As one small, divided Ross-shire community (Garve and District) this week considered how a £5million fund could be put to use should a wind farm be located in its midst, another (Fairburn) steadied itself for the opening next week of full-blooded debate over a proposed scheme on its doorstep.
Residents in a third, meanwhile, are on tenterhooks pending an anticipated application within weeks at Hill of Nigg.
As ever, sharp differences of opinion have been apparent from the outset with, in some cases, neighbours taking starkly contrasting stances and estates at loggerheads with one another.
Suffice to say in the space available here that all concerned would do well to seek out the lessons learned from numerous existing schemes, including that at Novar, which is now in its 10th year.
In the gentle 1983 comedy, Local Hero, an American oil company sent its representative to try and buy up an entire village where it wanted to build an oil refinery. It’s hard to avoid modern-day comparisons, although of course this time around the rush to renewables is spurred by the belated realisation that fossil fuels like oil are not going to last forever.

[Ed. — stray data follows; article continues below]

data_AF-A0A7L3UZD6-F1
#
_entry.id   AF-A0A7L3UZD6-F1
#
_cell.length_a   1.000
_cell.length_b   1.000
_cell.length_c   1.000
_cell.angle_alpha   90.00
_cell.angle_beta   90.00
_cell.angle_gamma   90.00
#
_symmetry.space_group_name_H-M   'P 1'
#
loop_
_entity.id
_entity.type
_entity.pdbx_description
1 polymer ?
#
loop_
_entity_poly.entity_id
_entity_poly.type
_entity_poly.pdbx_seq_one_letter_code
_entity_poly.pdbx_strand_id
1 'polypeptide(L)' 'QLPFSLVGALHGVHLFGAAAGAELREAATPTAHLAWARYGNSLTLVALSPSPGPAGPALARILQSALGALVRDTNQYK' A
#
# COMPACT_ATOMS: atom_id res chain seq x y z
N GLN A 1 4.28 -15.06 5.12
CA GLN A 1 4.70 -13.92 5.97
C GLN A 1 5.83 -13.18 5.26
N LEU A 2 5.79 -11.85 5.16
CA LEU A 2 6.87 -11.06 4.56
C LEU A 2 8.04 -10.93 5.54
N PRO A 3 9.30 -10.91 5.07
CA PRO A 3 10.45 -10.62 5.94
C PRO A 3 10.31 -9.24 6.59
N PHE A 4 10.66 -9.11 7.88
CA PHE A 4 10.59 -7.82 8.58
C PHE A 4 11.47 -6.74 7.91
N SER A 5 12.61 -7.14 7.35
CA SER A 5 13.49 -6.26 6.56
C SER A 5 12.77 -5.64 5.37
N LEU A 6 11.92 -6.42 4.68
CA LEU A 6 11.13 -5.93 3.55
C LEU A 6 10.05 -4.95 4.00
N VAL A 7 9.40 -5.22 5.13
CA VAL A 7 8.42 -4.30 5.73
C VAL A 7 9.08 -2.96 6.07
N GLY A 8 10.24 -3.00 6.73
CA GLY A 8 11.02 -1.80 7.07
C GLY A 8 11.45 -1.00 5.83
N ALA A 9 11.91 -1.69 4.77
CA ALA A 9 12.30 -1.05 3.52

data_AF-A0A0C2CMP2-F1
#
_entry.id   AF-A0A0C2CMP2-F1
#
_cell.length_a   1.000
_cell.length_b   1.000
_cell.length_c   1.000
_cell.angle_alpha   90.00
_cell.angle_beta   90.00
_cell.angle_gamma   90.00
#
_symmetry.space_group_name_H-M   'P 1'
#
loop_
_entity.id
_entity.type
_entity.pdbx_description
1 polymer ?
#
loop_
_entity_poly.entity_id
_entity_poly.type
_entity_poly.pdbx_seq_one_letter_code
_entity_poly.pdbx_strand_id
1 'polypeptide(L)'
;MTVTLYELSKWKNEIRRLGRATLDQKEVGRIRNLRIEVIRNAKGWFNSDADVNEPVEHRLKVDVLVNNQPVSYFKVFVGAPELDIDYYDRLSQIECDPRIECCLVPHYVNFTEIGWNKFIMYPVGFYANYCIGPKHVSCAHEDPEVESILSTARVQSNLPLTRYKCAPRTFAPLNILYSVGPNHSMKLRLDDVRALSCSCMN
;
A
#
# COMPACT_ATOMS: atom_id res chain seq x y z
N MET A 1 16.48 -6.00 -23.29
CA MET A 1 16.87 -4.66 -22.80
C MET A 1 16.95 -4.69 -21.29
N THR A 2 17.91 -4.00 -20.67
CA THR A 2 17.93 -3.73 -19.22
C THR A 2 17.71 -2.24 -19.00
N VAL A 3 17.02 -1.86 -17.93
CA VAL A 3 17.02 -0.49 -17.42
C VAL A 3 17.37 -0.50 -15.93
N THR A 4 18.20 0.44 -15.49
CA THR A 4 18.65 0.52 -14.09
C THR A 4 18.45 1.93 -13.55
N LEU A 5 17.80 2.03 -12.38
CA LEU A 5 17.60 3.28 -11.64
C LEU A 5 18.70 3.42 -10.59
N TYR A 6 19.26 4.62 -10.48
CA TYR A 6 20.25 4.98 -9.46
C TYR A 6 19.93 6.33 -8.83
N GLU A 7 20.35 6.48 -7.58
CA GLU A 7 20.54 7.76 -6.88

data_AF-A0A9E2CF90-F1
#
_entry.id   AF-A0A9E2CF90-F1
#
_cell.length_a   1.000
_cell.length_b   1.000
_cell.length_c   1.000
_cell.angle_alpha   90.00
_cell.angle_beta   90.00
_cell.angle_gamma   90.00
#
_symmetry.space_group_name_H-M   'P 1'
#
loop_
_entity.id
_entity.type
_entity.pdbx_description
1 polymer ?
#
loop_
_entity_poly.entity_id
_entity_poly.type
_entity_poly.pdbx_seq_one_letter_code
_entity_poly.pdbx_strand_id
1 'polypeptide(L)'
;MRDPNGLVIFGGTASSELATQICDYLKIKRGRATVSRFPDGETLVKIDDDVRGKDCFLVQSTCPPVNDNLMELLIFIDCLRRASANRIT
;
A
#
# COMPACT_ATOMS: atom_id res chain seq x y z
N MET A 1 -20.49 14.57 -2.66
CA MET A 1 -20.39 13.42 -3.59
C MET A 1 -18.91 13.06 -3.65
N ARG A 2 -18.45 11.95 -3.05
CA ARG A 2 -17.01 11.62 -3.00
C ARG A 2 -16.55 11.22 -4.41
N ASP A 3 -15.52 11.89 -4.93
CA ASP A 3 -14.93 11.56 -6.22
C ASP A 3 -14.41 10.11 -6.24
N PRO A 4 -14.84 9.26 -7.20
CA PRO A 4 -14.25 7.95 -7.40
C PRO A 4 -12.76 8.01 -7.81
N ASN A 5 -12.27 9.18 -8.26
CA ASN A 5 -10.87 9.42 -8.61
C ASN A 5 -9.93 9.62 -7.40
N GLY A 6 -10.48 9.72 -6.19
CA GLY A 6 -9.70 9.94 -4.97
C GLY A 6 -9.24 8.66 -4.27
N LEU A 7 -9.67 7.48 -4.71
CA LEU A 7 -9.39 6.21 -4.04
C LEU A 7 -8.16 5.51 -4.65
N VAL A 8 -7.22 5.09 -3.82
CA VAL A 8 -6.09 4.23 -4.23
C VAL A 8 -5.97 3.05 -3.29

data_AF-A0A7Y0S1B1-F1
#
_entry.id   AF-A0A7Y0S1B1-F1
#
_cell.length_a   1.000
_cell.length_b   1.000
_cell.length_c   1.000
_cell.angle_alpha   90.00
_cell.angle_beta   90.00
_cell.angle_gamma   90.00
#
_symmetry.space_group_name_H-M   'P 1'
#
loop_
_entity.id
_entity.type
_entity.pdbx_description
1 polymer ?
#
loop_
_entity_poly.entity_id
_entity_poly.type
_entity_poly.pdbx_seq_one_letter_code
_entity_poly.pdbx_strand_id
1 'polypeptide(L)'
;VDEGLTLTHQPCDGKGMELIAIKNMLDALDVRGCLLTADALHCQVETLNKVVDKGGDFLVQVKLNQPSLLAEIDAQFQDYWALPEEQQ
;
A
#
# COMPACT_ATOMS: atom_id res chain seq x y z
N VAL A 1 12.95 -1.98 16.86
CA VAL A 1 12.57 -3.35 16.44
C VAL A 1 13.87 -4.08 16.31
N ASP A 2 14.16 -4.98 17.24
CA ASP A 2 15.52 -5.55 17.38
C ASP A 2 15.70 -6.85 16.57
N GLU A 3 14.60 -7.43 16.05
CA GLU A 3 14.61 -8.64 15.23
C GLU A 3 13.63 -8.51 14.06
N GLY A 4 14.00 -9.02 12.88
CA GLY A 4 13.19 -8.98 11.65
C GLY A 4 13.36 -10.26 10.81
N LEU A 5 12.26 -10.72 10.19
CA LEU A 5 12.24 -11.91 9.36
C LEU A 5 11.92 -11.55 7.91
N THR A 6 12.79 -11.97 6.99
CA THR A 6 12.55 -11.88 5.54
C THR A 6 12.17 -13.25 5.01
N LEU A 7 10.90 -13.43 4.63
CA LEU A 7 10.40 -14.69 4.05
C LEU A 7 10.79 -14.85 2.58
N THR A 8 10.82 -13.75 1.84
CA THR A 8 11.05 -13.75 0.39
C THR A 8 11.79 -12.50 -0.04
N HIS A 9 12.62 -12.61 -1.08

In the case of the Lochluichart scheme, there is inevitably a whiff of suspicion over the timing of the announcement of an agreement between Infinergy and Highland Council over a negotiated fund for the benefit of the local community. The proposal is, after all, yet to be determined by Scottish Ministers. This is a time for cool heads and a no-nonsense approach in dealings with companies that stand to make millions out of renewable schemes.
While accepting the need to meet our ever-increasing energy requirements from alternative and sustainable resources, it’s crucial that we also scrutinise each proposal on merit, take full account of those most affected and ensure that cast-iron conditions are in place over exit strategies.
7 December 2007
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